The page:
Feelings are really your GPS system for life. When you’re supposed to do something, or not supposed to do something your emotional guidance system lets you know.
Several years ago on a road trip with my family, we stopped at a rest area for that necessary bio break. Because I had been driving, I got out to do yoga postures, to stretch and relax my body. I looked over. An adult male got out of a minivan a few yards away roaring like an angry bear at three boys. The youngest boy wailed as (I assumed) his father held his arm in a twisted, painful-looking vice grip which almost lifted the little boy, probably four years old, off the ground as they walked over to a grassy area. “Get on the ground and give me 100 push-ups, NOW!” he hollered. The two older boys immediately complied. The father continued to hold the youngest in that twisted grip. As the dad yelled angry, awful words at the boys, the youngest continued to wail in fear and pain.
With a pounding heart and a passionate commitment, I walked over and joined the two older boys on the ground. I did the push-ups, the sit-ups while whispering quietly to the boys. “You’ve got this. I’m doing this with you. I know he’s angry, but you don’t have to believe his cruel words.” While doing the sit-ups, I noticed that the four-year-old now hiccupped with a tear-stained face. His round, saucer eyes stared dumbfounded at me. The dad had released his vice grip and stared at me, also. He stopped verbally vomiting the cruel words about the boys. While he continued to call out a few more exercises, I noticed his body posture had softened a bit. After a few more minutes, I popped up on my feet, calmly looked at the dad, and told the boys to take good care of themselves. I turned and jogged back to our minivan.
When I returned and climbed into the driver’s seat, I heard both of my children, son in middle school, daughter in high school, excitedly talk over each other. “Mom, I cannot believe you did that! That was so amazing! Weren’t you scared? Wow, that dad was really angry, but he stopped yelling and hurting the littlest boy! Wow!”
“Yeah, that dad was really angry. I trusted that my presence could be a pattern interruption. I cannot bear to watch children being abused.” I’m certain neither of my children has ever forgotten what they witnessed.
A few days ago I had a fascinating conversation with my now-adult son, who works with young men who have multiple challenges. His passion to deescalate emotional tensions through body language, facial expressions, energy presence excited me. He offered how our body postures can send powerful messages to other human beings when we aren’t speaking any words. He shared about pattern interruptions including his ability to be comical in certain situations, how his humor consistently de-escalated what might have been a tense interaction.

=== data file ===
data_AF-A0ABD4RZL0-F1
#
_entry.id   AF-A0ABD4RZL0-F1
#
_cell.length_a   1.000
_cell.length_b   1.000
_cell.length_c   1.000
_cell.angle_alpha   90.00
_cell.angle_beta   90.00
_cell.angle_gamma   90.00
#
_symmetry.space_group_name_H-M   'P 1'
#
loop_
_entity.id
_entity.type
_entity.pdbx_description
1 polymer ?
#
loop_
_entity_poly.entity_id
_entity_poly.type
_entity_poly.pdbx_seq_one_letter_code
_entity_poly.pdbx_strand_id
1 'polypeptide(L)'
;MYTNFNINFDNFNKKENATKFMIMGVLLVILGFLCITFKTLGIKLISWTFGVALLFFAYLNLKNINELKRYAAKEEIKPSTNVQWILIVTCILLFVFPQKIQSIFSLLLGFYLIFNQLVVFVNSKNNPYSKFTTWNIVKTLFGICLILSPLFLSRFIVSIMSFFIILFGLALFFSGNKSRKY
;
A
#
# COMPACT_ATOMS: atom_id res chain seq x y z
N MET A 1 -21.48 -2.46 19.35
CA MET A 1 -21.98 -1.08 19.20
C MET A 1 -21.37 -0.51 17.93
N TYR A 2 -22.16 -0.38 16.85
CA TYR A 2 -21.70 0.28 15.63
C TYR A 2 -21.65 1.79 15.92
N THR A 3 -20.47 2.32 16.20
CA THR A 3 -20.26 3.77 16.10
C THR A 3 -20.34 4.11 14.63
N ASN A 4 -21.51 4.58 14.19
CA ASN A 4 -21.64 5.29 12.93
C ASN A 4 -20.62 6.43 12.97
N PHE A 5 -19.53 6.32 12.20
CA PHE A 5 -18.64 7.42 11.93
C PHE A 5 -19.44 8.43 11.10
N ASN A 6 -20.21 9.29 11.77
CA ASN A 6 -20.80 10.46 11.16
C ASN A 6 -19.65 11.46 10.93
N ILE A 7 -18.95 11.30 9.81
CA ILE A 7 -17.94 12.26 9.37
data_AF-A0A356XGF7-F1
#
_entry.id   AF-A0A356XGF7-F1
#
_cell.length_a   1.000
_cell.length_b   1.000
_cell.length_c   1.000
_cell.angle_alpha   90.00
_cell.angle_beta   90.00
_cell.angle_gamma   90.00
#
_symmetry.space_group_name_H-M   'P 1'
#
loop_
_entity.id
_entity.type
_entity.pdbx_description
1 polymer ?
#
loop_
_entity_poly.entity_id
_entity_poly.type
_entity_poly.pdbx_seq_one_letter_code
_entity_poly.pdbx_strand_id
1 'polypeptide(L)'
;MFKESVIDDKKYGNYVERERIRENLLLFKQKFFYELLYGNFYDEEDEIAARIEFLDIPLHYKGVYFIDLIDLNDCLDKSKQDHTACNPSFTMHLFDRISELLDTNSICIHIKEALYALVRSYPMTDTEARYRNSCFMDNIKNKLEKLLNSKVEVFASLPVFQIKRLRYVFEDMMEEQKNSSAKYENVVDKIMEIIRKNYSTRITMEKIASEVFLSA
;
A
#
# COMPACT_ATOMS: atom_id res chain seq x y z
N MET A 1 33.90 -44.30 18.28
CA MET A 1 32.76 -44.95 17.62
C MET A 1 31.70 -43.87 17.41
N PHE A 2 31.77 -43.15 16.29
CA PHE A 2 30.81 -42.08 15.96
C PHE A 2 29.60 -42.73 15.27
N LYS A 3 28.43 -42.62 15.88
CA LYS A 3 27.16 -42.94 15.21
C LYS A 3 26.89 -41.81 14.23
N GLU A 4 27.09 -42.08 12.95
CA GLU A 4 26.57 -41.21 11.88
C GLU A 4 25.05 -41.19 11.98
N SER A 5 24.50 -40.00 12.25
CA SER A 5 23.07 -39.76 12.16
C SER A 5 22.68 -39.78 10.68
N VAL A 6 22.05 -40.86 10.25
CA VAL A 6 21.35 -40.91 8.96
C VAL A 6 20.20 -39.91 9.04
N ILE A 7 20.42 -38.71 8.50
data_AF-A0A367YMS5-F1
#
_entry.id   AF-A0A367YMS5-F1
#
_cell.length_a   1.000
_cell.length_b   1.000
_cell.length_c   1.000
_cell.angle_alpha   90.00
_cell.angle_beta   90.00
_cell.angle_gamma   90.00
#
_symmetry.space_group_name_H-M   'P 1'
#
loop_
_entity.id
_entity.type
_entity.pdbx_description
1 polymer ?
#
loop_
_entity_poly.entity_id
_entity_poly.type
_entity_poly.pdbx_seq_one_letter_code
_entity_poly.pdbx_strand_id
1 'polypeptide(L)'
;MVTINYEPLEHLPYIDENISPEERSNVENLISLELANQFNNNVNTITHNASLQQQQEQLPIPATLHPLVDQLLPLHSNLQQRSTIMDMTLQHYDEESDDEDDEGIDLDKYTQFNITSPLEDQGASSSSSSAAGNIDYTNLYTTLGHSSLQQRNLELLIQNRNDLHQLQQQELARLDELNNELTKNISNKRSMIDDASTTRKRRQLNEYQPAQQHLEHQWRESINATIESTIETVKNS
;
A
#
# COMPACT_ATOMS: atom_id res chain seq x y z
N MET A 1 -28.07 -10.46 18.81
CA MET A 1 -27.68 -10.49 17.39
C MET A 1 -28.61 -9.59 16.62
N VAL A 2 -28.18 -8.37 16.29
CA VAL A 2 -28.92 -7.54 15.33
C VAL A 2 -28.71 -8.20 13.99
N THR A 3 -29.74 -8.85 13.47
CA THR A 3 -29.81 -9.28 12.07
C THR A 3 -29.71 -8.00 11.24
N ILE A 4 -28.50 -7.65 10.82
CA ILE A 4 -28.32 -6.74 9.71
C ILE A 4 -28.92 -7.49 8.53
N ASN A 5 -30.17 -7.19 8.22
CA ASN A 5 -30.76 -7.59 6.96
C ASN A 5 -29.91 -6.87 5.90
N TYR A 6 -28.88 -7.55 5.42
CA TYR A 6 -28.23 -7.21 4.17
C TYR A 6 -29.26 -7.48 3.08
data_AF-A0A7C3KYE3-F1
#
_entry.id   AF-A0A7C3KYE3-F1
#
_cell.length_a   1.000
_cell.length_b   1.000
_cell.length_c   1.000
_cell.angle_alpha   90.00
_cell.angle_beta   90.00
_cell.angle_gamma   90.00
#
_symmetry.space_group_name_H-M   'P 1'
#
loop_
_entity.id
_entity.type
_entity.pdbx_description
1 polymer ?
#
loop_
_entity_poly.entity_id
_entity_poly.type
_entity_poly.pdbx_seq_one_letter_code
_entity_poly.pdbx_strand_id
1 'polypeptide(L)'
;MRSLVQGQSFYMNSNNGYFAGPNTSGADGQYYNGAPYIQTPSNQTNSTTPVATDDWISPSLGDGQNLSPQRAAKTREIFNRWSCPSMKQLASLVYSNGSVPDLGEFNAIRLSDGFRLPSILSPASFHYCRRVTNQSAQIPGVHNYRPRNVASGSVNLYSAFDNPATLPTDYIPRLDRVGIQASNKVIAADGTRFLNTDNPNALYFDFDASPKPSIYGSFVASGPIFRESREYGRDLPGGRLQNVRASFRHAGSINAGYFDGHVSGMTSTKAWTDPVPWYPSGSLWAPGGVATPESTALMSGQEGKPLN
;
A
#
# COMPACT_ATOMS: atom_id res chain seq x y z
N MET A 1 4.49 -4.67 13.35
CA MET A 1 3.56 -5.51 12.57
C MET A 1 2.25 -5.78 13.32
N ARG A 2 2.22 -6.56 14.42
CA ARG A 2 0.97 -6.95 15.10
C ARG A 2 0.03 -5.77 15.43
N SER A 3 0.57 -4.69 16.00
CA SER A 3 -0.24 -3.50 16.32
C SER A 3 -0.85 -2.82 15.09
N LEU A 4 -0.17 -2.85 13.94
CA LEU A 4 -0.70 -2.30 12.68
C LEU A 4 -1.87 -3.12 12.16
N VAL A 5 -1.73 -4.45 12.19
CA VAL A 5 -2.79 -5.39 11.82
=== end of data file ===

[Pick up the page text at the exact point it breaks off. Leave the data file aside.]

My son also talked about the benefits of being able to notice his thoughts and emotional states, to notice his body sensations, and to keep himself in a place of dynamic equanimity.
We discussed positive reinforcement for calm states rather than resisting or clashing with explosive or self-harming states of another human being. He observed that the young men he works with are often using bad behavior as a way to get attention. If the negative behaviors get someone’s attention, people will often persist in the negative behavior. However, if the healthier behaviors get reinforced (I see you being calm in your body—even if at first, it’s for 15 seconds-), the underlying yearning or need for attention begins to be met. Further discussions can take place about additional needs and challenges as the individual’s bandwidth for the healthier behavior expands.
What you resist persists. What you look at disappears.
—Neale Donald Walsch
If at our core, even as adults, we yearn to be “gotten” emotionally and energetically with empathy, noticed for the human beings that we are, and “heard” from an entire body language perspective as well as our words, then what a rich gift to hold space, to discern with empathy, to deeply listen with our whole bodies and hearts to another human being. When we can emotionally regulate ourselves from the inside out, we become an energy presence, modeling, guiding other people to see their way through their own internal processes.
If the experience of trust got ruptured along the way to adulthood, then the work of restoring trust in interactions with people becomes essential to our growth and evolution. Learning ways to feel all our feelings without hurting ourselves or other people, connecting with that centered, neutral place deep inside ourselves, and compassionately modeling this in our interactions can be a profound pathway.
A centered, loving, open emotional energy presence can be felt before we even open our mouths to speak. Through receptive, non-threatening body posture, soft eyes, and welcoming facial expressions we communicate volumes. Our whole bodies can be instruments by which we communicate dignity, courage, empathy, love, and compassion in our noisy, sometimes volatile, ever-changing world.